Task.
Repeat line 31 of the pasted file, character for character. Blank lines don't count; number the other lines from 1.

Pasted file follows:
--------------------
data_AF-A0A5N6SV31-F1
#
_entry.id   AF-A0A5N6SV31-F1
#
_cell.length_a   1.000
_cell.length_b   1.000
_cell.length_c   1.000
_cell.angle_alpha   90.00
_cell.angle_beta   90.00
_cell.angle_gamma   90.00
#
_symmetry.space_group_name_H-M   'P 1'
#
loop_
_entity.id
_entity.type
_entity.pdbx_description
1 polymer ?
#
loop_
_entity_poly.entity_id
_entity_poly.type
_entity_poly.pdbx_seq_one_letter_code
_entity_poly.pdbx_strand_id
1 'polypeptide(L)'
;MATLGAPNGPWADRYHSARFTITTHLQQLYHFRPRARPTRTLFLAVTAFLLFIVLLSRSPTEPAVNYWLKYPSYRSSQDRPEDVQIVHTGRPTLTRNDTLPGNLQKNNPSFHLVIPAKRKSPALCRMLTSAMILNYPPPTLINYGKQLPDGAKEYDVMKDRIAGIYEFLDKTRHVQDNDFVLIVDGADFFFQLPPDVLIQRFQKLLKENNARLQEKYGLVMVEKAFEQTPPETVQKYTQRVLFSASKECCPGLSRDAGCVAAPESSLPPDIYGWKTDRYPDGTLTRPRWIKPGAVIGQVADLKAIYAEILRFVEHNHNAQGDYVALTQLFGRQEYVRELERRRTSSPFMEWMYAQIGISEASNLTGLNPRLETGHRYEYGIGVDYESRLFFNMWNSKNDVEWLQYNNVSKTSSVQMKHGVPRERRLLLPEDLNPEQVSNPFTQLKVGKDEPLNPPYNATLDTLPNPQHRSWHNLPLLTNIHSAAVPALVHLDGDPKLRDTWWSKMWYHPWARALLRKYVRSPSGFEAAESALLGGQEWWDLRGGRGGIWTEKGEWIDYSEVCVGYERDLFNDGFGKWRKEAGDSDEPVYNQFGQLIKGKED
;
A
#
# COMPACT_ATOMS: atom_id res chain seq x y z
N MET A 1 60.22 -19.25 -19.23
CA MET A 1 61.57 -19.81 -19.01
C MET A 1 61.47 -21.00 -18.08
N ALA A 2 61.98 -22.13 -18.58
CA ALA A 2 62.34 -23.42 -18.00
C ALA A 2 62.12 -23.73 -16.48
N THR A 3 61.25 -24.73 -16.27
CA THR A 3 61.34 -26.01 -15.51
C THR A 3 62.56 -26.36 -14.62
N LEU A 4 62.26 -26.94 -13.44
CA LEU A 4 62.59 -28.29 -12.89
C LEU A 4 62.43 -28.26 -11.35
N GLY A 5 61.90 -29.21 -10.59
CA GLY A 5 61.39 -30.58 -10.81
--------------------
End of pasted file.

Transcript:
N MET A 1 60.22 -19.25 -19.23